Murray Gell-Mann and George Zweig put forth the idea of quarks and antiquarks this year, dealing with particle masses. Although they go by many names, garage sales became increasingly popular through this time, and well into the 1970s and beyond.
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1965: Big-block, doo-wop
1966: Big hair, guerrilla theater
Other notable words: bullet train, domino effect, foosball, ranch dressing, trail bike, vanity plate
Actress Marjorie Lord's massive bouffant in a Bob Hope comedy in 1966 is considered quintessential big hair. The popularity of guerrilla theater, which sprang up in 1965, continued to grow in 1966 when the San Francisco Mime Troupe took it on a cross-country tour.
1967: Cannabinoid, cryonic suspension
Other notable words: dietary supplement, firmware, networking, omega-3, spaghetti western, word processing
1968: Epstein-Barr virus, liquid crystal display
Other notable words: blind carbon copy, correction fluid, green revolution, marginalize, peace symbol, sanitary landfill
1969: In vitro fertilization, Martin Luther King Day
Other notable words: advocacy journalism, biofeedback, graphic equalizer, plate tectonics, sport-utility vehicle, windsurfing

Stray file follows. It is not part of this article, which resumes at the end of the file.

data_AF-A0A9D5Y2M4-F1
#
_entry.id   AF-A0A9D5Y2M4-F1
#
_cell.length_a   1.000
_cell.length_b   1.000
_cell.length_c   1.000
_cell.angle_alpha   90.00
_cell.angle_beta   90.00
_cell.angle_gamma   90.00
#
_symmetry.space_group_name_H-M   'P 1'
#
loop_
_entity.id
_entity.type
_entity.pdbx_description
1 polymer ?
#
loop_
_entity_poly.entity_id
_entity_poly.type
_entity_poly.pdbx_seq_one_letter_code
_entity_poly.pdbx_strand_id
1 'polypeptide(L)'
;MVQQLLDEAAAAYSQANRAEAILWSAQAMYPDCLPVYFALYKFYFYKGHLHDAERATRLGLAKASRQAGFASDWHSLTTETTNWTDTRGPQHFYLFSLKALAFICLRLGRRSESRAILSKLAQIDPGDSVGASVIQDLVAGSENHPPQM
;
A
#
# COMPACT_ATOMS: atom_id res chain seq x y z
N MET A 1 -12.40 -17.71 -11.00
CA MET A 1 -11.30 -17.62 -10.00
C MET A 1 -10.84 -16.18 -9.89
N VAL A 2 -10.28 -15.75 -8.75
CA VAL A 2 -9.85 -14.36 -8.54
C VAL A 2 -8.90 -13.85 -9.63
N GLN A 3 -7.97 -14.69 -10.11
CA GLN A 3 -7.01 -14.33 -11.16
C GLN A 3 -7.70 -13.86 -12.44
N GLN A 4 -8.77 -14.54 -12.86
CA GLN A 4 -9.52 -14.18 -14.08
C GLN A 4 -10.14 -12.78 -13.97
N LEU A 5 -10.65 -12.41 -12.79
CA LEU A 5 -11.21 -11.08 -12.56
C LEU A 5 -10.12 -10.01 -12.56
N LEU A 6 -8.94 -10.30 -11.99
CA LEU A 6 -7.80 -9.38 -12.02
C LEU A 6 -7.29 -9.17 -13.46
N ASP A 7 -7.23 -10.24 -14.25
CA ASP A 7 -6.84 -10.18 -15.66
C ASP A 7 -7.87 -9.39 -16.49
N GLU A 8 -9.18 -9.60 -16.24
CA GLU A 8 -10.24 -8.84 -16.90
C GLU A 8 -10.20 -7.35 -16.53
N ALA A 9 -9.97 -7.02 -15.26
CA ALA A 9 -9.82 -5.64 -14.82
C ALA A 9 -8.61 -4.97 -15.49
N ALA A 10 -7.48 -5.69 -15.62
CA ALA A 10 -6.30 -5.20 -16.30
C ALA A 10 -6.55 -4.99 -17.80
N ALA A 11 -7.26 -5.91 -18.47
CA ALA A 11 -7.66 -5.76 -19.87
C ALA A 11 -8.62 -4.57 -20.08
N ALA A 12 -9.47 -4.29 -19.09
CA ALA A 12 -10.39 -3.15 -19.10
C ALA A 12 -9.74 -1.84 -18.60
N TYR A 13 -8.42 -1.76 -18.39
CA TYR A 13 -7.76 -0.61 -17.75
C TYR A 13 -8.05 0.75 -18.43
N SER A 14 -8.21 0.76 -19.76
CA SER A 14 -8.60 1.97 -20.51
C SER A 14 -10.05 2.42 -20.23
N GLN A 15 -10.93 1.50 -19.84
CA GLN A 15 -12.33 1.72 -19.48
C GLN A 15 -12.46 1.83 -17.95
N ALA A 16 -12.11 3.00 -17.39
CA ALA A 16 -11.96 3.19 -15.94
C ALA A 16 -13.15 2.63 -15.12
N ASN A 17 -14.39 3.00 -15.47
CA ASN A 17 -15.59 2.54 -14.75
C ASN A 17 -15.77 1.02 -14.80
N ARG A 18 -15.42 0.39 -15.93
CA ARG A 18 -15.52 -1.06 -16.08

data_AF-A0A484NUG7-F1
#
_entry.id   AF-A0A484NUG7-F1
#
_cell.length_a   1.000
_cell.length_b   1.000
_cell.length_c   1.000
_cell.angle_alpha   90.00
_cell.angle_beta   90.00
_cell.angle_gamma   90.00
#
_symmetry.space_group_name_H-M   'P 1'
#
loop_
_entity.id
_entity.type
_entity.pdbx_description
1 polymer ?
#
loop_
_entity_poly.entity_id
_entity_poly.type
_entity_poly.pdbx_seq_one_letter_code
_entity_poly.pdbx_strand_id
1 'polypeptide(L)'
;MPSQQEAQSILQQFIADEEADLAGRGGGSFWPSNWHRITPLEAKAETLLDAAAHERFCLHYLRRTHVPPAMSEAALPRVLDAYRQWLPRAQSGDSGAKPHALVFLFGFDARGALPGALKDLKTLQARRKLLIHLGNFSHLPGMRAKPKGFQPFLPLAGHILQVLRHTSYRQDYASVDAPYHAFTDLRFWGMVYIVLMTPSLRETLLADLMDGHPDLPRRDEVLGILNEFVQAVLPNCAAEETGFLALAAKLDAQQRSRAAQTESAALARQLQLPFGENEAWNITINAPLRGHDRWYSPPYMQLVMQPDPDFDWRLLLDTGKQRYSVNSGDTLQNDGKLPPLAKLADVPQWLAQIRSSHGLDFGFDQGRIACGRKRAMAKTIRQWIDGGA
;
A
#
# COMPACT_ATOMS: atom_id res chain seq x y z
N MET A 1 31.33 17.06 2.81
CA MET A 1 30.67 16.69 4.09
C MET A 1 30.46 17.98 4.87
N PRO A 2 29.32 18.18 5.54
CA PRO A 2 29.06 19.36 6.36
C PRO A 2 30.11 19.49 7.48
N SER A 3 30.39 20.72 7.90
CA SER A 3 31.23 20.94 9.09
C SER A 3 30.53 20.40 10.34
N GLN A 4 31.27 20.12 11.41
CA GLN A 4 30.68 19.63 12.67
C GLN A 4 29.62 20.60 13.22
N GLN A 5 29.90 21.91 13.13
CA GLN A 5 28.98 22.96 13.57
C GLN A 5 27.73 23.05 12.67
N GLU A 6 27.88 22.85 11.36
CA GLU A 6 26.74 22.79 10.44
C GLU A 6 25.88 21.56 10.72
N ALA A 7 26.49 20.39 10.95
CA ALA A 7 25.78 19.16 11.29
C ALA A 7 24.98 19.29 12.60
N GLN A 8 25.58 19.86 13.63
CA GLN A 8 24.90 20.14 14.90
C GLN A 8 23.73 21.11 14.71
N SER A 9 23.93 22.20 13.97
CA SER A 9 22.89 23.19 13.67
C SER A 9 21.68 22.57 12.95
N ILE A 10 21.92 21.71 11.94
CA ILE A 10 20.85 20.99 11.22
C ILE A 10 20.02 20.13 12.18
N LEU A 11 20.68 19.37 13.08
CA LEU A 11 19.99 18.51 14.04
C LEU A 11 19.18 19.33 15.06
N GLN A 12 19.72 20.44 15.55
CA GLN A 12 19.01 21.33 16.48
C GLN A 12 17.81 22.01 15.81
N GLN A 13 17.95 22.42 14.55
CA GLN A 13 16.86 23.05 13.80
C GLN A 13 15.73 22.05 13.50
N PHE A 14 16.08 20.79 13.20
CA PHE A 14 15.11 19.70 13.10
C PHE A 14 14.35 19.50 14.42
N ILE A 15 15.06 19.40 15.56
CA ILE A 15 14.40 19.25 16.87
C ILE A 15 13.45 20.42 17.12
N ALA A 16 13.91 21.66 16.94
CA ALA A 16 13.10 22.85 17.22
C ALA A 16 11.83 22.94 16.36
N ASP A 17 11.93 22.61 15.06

Robert Geoffrey Edwards and other researchers fertilized a human egg using in vitro fertilization in 1969. The King Memorial Center sponsored the first observance of Martin Luther King Day in January, recognizing the life and work of Martin Luther King Jr.
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1970: Agent Orange, comfort food
Other notable words: Africanized bee, erectile dysfunction, gene therapy, Kwanzaa, physician's assistant, Tourette's syndrome
From 1969 to 1971, the U.S. government sprayed 20 million gallons of herbicides and defoliants including Agent Orange over vast areas of South Vietnam and neighboring regions during the Vietnam War. On U.S. soil, people looked to comfort food at home in the 1970s, which included chicken potpie, potatoes au gratin, and lasagna.
1971: Animatronics, shield law
Other notable words: cooking spray, health maintenance organization, open marriage, sexual harassment, needle-nose pliers, reboot
Walt Disney World in Orlando opened in 1971, and many of their attractions featured lifelike animatronics. News reporters in most states are protected from disclosing confidential information or sources by shield laws. Rhode Island enacted its version in 1971.
1972: Blaxploitation, garage band
Other notable words: air hockey, beer pong, floppy disk, Kirlian photography, newswire, red zone, username
Films such as “Super Fly” epitomized the phenomenon blaxploitation movies released this year. Garage bands, popular in the 1960s, were not recognized as a distinct musical genre until the release of a compilation album in 1972.